Yet another objection to the possibility of a sound argument for the nonexistence of a god can be found in the writings of Bertrand Russell. In order to understand the basis for Russell’s objection, we must first understand how Russell defined the terms ‘atheist’ and ‘agnostic’:
An atheist, like a Christian, holds that we can know whether or not there is a God. The Christian holds that we can know there is a God; the atheist, that we can know there is not. The Agnostic suspends judgment, saying that there are not sufficient grounds either for affirmation or for denial. At the same time, an Agnostic may hold that the existence of God, though not impossible, is very improbable; he may even hold it so improbable that it is not worth considering in practice. In that case, he is not far removed from atheism.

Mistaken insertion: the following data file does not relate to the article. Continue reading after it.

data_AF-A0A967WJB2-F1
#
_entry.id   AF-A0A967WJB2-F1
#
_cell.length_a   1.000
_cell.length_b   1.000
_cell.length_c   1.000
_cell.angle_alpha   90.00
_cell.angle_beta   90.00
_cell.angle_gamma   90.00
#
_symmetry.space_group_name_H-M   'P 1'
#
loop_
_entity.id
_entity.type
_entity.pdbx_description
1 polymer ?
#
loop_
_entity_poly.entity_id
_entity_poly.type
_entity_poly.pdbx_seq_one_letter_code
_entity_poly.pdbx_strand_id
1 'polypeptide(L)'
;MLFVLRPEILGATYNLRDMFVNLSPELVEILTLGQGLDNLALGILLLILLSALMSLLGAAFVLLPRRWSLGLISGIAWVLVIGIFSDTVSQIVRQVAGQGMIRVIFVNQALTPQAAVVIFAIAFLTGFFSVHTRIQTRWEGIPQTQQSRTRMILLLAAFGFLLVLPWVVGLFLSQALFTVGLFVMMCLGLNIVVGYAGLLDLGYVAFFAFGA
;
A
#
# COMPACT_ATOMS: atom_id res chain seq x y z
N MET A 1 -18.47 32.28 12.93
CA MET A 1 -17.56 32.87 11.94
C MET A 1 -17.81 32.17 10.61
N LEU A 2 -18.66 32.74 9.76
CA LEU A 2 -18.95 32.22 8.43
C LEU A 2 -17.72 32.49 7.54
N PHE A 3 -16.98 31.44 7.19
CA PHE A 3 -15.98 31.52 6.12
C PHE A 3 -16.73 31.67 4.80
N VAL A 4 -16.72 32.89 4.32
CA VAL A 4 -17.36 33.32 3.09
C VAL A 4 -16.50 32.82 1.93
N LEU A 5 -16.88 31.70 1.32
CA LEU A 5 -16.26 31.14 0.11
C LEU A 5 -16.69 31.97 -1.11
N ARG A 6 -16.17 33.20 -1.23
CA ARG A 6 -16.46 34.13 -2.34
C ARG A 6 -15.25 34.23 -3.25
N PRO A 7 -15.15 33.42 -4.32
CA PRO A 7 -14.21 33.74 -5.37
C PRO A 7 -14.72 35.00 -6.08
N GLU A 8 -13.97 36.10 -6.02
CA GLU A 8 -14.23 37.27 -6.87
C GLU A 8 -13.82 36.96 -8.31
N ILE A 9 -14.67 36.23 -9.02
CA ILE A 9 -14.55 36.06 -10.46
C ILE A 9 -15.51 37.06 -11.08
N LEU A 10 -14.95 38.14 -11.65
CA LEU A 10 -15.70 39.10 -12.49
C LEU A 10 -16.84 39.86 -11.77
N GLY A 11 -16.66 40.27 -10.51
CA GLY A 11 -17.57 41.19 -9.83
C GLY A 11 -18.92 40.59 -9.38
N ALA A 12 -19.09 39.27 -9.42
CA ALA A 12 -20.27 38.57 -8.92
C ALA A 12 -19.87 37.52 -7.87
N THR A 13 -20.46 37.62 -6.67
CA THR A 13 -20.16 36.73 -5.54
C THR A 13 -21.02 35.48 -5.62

On Russell’s view, while the agnostic is a person who holds that the existence of a god “is so improbable that it is not worth considering in practice” is “not far removed” from the atheist who holds that we can know that god does not exist, apparently they are removed far enough for Russell to insist upon the distinction. Yet what is the distinction in question here? If the agnostic who holds that the existence of a god “is so improbable that it is not worth considering in practice” is not an atheist, then, on Russell’s view, the atheist who holds that that same god does not exist must have a deductive proof for the nonexistence of that god.
To read more, see my essay, “Is a Sound Argument for the Nonexistence of a God Even Possible?“
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